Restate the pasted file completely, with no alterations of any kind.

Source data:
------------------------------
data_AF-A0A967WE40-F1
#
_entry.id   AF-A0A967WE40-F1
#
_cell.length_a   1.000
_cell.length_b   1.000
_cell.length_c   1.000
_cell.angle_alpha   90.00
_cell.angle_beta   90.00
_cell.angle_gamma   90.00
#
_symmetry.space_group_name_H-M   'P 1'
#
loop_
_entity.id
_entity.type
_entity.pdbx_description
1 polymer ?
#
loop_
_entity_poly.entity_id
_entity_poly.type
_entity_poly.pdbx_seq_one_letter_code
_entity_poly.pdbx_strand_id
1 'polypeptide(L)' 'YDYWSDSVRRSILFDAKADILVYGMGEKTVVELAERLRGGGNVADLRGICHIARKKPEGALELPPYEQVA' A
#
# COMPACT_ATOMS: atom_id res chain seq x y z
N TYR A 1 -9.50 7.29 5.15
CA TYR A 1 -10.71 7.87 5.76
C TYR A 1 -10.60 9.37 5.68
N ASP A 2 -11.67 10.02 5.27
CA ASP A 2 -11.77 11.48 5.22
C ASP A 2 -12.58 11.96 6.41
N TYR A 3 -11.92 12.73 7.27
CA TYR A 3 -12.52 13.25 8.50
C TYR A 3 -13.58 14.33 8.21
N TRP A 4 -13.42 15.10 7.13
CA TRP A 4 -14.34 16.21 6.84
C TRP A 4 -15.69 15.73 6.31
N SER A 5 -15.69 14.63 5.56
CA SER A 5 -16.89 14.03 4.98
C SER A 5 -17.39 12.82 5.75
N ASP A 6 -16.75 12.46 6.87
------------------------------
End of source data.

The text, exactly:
data_AF-A0A967WE40-F1
#
_entry.id   AF-A0A967WE40-F1
#
_cell.length_a   1.000
_cell.length_b   1.000
_cell.length_c   1.000
_cell.angle_alpha   90.00
_cell.angle_beta   90.00
_cell.angle_gamma   90.00
#
_symmetry.space_group_name_H-M   'P 1'
#
loop_
_entity.id
_entity.type
_entity.pdbx_description
1 polymer ?
#
loop_
_entity_poly.entity_id
_entity_poly.type
_entity_poly.pdbx_seq_one_letter_code
_entity_poly.pdbx_strand_id
1 'polypeptide(L)' 'YDYWSDSVRRSILFDAKADILVYGMGEKTVVELAERLRGGGNVADLRGICHIARKKPEGALELPPYEQVA' A
#
# COMPACT_ATOMS: atom_id res chain seq x y z
N TYR A 1 -9.50 7.29 5.15
CA TYR A 1 -10.71 7.87 5.76
C TYR A 1 -10.60 9.37 5.68
N ASP A 2 -11.67 10.02 5.27
CA ASP A 2 -11.77 11.48 5.22
C ASP A 2 -12.58 11.96 6.41
N TYR A 3 -11.92 12.73 7.27
CA TYR A 3 -12.52 13.25 8.50
C TYR A 3 -13.58 14.33 8.21
N TRP A 4 -13.42 15.10 7.13
CA TRP A 4 -14.34 16.21 6.84
C TRP A 4 -15.69 15.73 6.31
N SER A 5 -15.69 14.63 5.56
CA SER A 5 -16.89 14.03 4.98
C SER A 5 -17.39 12.82 5.75
N ASP A 6 -16.75 12.46 6.87